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A Bad Rap for Truman

The Washington Post led its story about a newly discovered diary written by President Harry Truman with a quotation that called Jews “selfish” and went on to reveal other remarks that suggest the President was hostile toward Jews, if not anti-Semitic. It is unfortunate that these entries are now being used to tar perhaps the most important American in Israeli history.

One entry cited by the Post complained about Hans Morgenthau’s effort to get Truman to help with the Exodus. Truman ranted about the Jews selfishly caring only about themselves and not other ethnic groups displaced by World War II. He also seemed to complain that Morgenthau brought one-thousand Jews to New York on a temporary basis and they stayed.

These remarks need to be put in context. First, the primary motivation for Truman’s Palestine policy was his humanitarian concerns. He led the fight to reform U.S. immigration laws to allow homeless refugees from Europe to move to the United States. In fact, it was Truman who invited the 982 Jews referred to above to stay in the United States instead of return to Europe as Roosevelt had planned. It was also Truman who urged the British in 1946 to allow the immediate immigration of 100,000 Jews into Palestine.

Remember also that Truman showed support for the Zionist enterprise as a Senator, and it wasn’t because he was courting the tiny Jewish vote in Missouri. He protested the British White Paper in 1939, for example, and said that he would support the fight for a Jewish homeland in Palestine.

The diary quotations most likely reflect Truman’s hypersensitivity to pressure. He expressed anger and frustration with Jews on more than just the occasion referred to in his diary. For example, before the partition vote at the UN he said if the Jews would just keep quiet everything would be all right. At another point he wrote to Rep. Claude Pepper: “Had it not been for the unwarranted interference of the Zionists, we would have had the matter settled a year and a half ago.” He went on to complain that he had received 35,000 pieces of mail and propaganda from Jews and “put it all in a pile and struck a match to it.” Just before the vote, he wrote in his memoirs he was “disturbed and annoyed” by “extreme Zionist leaders.”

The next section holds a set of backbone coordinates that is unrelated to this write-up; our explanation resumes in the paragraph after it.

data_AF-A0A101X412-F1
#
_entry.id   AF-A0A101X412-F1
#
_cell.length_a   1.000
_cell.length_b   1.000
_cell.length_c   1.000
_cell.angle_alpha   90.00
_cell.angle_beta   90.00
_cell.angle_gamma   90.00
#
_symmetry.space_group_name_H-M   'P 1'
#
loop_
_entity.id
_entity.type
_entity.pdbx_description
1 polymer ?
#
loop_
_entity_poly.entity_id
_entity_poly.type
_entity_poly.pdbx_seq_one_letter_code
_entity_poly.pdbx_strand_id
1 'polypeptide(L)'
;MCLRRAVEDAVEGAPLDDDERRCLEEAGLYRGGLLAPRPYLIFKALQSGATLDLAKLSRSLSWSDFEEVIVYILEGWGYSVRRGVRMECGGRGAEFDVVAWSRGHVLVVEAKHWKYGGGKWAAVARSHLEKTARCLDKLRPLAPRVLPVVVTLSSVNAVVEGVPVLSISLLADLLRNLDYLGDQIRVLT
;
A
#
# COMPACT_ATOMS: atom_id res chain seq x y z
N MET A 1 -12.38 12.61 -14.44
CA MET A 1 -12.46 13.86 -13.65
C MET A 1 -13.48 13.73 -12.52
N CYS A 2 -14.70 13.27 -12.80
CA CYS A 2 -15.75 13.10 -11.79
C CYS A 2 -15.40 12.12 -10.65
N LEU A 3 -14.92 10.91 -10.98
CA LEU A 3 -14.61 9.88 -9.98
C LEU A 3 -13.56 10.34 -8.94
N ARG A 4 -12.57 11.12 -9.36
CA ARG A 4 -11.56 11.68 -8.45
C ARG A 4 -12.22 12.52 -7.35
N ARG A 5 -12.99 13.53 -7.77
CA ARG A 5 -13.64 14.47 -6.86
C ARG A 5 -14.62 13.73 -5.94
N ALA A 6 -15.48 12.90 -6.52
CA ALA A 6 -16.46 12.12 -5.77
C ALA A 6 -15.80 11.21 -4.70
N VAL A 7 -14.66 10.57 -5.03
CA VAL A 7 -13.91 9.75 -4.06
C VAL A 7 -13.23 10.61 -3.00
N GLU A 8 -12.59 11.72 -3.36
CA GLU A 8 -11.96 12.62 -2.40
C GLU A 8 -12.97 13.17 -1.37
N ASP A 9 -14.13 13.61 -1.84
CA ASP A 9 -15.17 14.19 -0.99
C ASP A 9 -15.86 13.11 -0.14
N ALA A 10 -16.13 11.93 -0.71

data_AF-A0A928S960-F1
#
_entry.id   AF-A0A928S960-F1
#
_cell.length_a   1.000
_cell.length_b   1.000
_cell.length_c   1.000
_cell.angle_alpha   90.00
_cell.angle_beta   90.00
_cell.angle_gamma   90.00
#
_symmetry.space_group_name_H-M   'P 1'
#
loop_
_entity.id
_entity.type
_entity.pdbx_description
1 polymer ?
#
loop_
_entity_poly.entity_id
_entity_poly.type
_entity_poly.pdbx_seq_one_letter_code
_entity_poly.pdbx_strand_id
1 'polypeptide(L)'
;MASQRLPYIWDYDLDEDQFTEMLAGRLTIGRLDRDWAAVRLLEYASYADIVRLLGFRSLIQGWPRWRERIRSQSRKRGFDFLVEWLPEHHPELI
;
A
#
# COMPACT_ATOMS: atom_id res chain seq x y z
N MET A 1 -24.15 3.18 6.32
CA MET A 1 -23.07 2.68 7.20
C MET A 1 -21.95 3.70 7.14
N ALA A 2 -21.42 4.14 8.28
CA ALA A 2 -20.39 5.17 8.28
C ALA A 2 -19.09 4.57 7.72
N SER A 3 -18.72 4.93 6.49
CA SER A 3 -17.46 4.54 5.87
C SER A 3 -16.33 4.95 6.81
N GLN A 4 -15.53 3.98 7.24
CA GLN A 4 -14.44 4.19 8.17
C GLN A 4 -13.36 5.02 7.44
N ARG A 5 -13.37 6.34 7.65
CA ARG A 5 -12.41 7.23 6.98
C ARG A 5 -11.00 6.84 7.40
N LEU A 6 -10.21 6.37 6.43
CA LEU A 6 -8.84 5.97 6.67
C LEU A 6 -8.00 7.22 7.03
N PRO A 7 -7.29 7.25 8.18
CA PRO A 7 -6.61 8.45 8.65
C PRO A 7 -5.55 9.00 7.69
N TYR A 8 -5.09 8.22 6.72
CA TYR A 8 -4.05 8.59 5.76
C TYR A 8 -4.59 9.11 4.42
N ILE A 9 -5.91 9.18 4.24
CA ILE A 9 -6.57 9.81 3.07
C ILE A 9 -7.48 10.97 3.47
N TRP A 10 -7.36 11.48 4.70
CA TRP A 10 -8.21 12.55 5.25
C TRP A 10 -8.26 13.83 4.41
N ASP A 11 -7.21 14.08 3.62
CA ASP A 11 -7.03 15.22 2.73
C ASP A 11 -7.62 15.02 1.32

During the three crucial years of Israel’s establishment (1945-1948), Truman made a number of critical decisions. In 1946, he joined the Zionists in calling on Great Britain to allow large numbers of Jews to immigrate to Palestine. He also rejected the Morrison-Grady Plan that would have undone the Balfour Declaration. The following year, he supported partition and opposed efforts to excise the Negev from the Jewish state. In 1948, Truman prevented the State Department from sabotaging the partition plan, immediately recognized the new state of Israel, appointed as the first U.S. ambassador someone sympathetic to the Zionists, rejected the Bernadotte Plan to take away land from Israel, and offered Israel a generous economic loan.

One negative decision was to impose an arms embargo on the Middle East that hurt the Jews more than the Arabs. This was not an example of anti-Jewish feeling, but a naive effort to prevent further bloodshed at the behest of the State Department. Virtually every other decision Truman made was beneficial to the Zionists and contrary to the wishes of his top advisers, in particular the Secretaries of Defense and State.

Truman’s interest in the Palestine issue was basically in accordance with the Zionist program, but was far more ambiguous; that is, he was interested in helping Jewish refugees, redeeming past promises for a homeland, and bringing peace to the region, but he did not have a clear view of how to do any of these. He also acted out of what he sincerely believed was America’s interests.

While it is well-known that Truman had a close Jewish friend who had been his business partner, and had great respect and affection for some Jewish leaders, in particular, Chaim Weizmann, Truman did not have a special relationship with the Jewish people. His experience was primarily based on these personal relationships, rather than the type of biblical connection that many succeeding presidents felt toward the Jewish people. Still, it is grossly unfair to suggest from the selective quotation of passages in which Truman expressed frustration with political pressure from Jews that he was anti-Semitic or otherwise hostile.

Most important, despite whatever irritation Truman may have felt toward Jews lobbying him to support the Jewish state, he made the right decisions. Without Truman, it is debatable whether Israel would exist today.